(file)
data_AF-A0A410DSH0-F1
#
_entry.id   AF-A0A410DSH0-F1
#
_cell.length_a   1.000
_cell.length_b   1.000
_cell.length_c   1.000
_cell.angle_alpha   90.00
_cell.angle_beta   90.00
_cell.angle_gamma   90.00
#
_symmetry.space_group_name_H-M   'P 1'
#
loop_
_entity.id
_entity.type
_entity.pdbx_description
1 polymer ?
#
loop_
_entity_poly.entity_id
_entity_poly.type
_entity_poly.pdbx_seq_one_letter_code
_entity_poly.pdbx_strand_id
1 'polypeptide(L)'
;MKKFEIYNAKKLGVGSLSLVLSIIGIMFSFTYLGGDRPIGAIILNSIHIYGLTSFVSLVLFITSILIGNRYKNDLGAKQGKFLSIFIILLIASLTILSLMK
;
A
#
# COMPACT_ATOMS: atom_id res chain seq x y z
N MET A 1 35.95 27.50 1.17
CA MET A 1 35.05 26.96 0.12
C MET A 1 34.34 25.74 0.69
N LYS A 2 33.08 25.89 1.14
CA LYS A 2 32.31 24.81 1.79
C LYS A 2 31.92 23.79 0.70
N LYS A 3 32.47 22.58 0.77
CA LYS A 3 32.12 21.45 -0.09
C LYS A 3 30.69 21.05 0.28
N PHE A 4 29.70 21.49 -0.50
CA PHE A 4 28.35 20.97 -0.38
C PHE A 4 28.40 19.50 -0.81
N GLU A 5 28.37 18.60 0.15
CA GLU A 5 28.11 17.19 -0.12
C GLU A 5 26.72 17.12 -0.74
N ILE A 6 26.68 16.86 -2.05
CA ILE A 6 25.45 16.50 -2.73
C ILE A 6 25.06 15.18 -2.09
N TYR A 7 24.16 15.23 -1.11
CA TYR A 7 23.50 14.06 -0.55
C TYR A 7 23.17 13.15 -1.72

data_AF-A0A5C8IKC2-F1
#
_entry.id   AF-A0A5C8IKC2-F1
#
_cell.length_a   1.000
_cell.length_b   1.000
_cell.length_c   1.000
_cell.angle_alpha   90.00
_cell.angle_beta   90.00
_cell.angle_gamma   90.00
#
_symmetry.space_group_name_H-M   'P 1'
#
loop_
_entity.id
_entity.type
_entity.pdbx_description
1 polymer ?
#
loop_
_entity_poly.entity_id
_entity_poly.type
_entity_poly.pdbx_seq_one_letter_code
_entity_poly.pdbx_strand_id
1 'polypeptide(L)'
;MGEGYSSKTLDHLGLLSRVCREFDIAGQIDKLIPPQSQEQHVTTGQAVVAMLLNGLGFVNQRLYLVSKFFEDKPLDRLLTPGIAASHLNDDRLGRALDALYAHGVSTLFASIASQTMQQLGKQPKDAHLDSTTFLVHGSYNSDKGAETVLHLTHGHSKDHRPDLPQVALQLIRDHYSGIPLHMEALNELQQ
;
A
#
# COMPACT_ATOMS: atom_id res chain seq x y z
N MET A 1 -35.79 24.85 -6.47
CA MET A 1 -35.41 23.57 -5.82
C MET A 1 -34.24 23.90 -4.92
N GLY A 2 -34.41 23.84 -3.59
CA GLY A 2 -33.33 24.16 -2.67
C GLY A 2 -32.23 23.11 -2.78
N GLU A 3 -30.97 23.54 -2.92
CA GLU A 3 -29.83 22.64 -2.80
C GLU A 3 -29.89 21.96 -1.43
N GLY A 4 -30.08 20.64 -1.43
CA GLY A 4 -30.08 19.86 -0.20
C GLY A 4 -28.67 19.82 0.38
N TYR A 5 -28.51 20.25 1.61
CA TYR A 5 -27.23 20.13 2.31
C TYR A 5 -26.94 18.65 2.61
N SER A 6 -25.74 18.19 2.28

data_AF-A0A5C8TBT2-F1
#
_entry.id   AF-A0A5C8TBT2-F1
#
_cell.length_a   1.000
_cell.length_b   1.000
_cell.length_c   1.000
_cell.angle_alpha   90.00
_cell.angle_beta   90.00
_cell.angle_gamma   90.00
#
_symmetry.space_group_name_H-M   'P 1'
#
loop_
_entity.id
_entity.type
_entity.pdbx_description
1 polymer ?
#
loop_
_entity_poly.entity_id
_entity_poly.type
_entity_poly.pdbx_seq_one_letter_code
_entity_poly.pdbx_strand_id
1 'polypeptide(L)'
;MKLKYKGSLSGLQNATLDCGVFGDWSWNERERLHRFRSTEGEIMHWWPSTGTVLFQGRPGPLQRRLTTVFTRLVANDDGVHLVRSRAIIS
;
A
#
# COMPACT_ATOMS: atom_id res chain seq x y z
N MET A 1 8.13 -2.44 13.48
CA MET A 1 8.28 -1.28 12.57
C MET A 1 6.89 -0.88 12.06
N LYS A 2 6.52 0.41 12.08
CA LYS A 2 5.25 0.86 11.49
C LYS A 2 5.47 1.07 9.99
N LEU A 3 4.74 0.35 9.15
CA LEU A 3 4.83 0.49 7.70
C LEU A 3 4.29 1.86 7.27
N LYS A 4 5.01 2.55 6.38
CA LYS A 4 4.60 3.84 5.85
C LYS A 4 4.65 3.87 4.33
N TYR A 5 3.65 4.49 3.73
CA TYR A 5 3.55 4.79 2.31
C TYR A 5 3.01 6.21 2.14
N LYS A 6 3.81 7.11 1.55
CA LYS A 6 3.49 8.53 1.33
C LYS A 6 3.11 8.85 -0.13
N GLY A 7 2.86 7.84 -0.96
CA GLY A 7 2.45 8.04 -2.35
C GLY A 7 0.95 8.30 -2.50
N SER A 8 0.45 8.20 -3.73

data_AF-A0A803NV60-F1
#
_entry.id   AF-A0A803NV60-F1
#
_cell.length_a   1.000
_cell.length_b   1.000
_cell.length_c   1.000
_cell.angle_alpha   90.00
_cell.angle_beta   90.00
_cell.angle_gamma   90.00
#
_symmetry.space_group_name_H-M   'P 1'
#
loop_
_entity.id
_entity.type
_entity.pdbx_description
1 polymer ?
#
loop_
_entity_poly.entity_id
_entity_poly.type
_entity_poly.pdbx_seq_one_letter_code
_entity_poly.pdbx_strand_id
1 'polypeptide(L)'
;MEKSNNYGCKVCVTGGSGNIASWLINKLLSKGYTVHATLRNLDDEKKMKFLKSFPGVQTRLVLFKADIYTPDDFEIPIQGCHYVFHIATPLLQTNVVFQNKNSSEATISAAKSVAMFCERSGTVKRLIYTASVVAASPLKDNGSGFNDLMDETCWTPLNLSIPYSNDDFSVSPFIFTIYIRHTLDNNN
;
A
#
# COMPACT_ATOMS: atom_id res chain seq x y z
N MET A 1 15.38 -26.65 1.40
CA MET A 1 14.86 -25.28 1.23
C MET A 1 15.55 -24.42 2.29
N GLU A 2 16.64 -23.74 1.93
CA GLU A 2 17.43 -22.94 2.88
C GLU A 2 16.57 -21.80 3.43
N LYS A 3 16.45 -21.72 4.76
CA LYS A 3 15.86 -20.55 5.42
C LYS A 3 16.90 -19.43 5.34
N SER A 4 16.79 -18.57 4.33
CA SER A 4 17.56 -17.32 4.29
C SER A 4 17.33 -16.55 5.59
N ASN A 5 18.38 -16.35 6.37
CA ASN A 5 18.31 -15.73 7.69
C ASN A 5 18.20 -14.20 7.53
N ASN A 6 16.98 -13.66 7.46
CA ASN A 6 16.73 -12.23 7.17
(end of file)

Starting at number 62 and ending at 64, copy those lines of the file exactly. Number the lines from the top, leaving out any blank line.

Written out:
#
_symmetry.space_group_name_H-M   'P 1'
#